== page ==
This may sound like a pipe dream – but I don’t think we’re that far away. The screenshot below shows the IFC demo I went through at LRUG. The IFC model has merged information from Revit and NBS Create. The FireRating below has actually come from the specification. Through shared mappings it is possible to coordinate at a level below the object itself.

The value of "99" came from the spec - not the Revit model - inserted directly into the IFC
So, going back to the question (at the end of a long answer) – I think we have to look at how full a glass is and not how empty it is.

4. Why does your wall library not include existing Victorian walls for alteration jobs?
We’re straying into detailed content development questions here (which is not my area). But I *think* we made an initial decision here that:

  1. A. On most alteration jobs you would simply model the existing building as concept objects – for example, “a 300mm wall” and not go to the level where you model the materials within a Victorian wall.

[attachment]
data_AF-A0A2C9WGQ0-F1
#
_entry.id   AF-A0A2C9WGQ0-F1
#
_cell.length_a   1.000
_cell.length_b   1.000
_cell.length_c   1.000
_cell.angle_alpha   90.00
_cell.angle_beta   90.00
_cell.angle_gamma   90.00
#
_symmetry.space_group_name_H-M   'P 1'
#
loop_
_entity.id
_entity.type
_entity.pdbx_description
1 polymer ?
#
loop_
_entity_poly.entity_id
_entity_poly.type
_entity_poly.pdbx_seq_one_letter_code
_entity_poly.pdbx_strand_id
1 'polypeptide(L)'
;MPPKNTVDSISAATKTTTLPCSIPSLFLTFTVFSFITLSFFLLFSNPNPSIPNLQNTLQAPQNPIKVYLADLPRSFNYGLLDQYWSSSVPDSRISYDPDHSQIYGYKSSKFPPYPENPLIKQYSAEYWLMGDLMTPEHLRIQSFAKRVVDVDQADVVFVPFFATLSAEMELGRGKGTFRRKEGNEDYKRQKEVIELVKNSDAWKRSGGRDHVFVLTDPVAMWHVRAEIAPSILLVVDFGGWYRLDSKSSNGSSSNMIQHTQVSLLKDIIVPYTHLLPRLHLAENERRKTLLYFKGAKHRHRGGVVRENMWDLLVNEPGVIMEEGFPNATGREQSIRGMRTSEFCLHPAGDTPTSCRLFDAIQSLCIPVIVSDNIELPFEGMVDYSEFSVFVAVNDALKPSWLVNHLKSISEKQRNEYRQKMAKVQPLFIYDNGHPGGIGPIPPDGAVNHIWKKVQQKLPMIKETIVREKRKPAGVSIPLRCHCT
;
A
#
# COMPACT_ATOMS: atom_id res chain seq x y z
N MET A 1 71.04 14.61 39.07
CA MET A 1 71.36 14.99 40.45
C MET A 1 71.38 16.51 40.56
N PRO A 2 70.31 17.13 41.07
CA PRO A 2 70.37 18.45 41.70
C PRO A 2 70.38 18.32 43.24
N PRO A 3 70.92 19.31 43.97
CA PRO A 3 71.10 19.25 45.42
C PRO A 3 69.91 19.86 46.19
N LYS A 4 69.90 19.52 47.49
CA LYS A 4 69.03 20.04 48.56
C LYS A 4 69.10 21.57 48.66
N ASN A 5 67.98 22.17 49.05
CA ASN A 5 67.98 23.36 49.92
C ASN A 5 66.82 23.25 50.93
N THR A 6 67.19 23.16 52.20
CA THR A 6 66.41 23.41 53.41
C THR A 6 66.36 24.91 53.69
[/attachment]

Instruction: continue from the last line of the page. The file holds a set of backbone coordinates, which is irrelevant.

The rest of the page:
2. B. By providing detailed documentation on our naming conventions and materials – practices can use the National BIM Library principles to expand our library of 70-80 wall constructions and configure their own.
But, by all means, keep the content questions coming in to or our linkedin site and we’ll target our efforts at where the biggest demand is.

5. At an early stage of a project we don’t know details – so how can we spec the items?
National BIM Library can be used from a very early stage on a project. Most systems have concept objects (say 300mm walls or flexible doors and windows). At this concept stage – NBS Create and links to the spec doesn’t really come into play.

NBS Create begins when the early spec decisions are made – for example, the floor is likely to be timber boards or the roof is likely to be clay tiles.

At this stage, the National BIM Library concept objects can be swapped for the more detailed objects and the NBS Create outline specification can be created.